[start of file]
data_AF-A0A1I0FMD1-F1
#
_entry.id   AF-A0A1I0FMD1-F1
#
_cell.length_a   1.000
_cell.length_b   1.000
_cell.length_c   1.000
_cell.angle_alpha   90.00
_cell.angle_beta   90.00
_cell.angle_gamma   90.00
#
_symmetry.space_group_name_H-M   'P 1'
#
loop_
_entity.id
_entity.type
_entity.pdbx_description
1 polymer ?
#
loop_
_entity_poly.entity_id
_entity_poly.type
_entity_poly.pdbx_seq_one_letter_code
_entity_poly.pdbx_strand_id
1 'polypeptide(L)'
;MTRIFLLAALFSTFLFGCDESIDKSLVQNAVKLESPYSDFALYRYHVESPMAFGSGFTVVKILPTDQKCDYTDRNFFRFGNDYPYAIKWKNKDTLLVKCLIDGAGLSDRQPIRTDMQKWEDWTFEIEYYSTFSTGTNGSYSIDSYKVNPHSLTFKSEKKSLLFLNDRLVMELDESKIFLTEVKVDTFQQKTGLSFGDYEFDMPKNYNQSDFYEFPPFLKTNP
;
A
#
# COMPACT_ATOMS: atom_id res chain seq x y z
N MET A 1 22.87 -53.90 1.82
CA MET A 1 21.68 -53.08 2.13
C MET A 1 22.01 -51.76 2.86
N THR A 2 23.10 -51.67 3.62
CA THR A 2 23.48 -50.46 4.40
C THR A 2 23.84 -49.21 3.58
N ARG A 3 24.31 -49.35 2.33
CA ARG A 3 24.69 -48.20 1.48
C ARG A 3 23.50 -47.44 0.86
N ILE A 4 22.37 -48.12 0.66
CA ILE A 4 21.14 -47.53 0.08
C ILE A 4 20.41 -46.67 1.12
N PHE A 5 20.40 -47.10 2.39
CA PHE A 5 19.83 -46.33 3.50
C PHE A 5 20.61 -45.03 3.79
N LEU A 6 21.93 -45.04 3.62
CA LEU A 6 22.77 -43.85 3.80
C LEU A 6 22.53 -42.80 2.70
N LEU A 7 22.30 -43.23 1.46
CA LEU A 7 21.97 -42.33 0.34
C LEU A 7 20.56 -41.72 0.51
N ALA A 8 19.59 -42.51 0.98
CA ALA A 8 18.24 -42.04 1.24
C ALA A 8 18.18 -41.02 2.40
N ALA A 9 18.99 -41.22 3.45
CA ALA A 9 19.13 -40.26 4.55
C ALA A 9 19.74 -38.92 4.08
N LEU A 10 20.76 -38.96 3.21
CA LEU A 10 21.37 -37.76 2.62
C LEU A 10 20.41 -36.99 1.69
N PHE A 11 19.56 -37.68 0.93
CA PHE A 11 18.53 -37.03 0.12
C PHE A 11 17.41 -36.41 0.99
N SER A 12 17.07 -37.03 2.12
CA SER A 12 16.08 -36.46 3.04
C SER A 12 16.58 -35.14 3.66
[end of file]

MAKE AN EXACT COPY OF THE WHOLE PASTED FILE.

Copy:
data_AF-A0A1I0FMD1-F1
#
_entry.id   AF-A0A1I0FMD1-F1
#
_cell.length_a   1.000
_cell.length_b   1.000
_cell.length_c   1.000
_cell.angle_alpha   90.00
_cell.angle_beta   90.00
_cell.angle_gamma   90.00
#
_symmetry.space_group_name_H-M   'P 1'
#
loop_
_entity.id
_entity.type
_entity.pdbx_description
1 polymer ?
#
loop_
_entity_poly.entity_id
_entity_poly.type
_entity_poly.pdbx_seq_one_letter_code
_entity_poly.pdbx_strand_id
1 'polypeptide(L)'
;MTRIFLLAALFSTFLFGCDESIDKSLVQNAVKLESPYSDFALYRYHVESPMAFGSGFTVVKILPTDQKCDYTDRNFFRFGNDYPYAIKWKNKDTLLVKCLIDGAGLSDRQPIRTDMQKWEDWTFEIEYYSTFSTGTNGSYSIDSYKVNPHSLTFKSEKKSLLFLNDRLVMELDESKIFLTEVKVDTFQQKTGLSFGDYEFDMPKNYNQSDFYEFPPFLKTNP
;
A
#
# COMPACT_ATOMS: atom_id res chain seq x y z
N MET A 1 22.87 -53.90 1.82
CA MET A 1 21.68 -53.08 2.13
C MET A 1 22.01 -51.76 2.86
N THR A 2 23.10 -51.67 3.62
CA THR A 2 23.48 -50.46 4.40
C THR A 2 23.84 -49.21 3.58
N ARG A 3 24.31 -49.35 2.33
CA ARG A 3 24.69 -48.20 1.48
C ARG A 3 23.50 -47.44 0.86
N ILE A 4 22.37 -48.12 0.66
CA ILE A 4 21.14 -47.53 0.08
C ILE A 4 20.41 -46.67 1.12
N PHE A 5 20.40 -47.10 2.39
CA PHE A 5 19.83 -46.33 3.50
C PHE A 5 20.61 -45.03 3.79
N LEU A 6 21.93 -45.04 3.62
CA LEU A 6 22.77 -43.85 3.80
C LEU A 6 22.53 -42.80 2.70
N LEU A 7 22.30 -43.23 1.46
CA LEU A 7 21.97 -42.33 0.34
C LEU A 7 20.56 -41.72 0.51
N ALA A 8 19.59 -42.51 0.98
CA ALA A 8 18.24 -42.04 1.24
C ALA A 8 18.18 -41.02 2.40
N ALA A 9 18.99 -41.22 3.45
CA ALA A 9 19.13 -40.26 4.55
C ALA A 9 19.74 -38.92 4.08
N LEU A 10 20.76 -38.96 3.21
CA LEU A 10 21.37 -37.76 2.62
C LEU A 10 20.41 -36.99 1.69
N PHE A 11 19.56 -37.68 0.93
CA PHE A 11 18.53 -37.03 0.12
C PHE A 11 17.41 -36.41 0.99
N SER A 12 17.07 -37.03 2.12
CA SER A 12 16.08 -36.46 3.04
C SER A 12 16.58 -35.14 3.66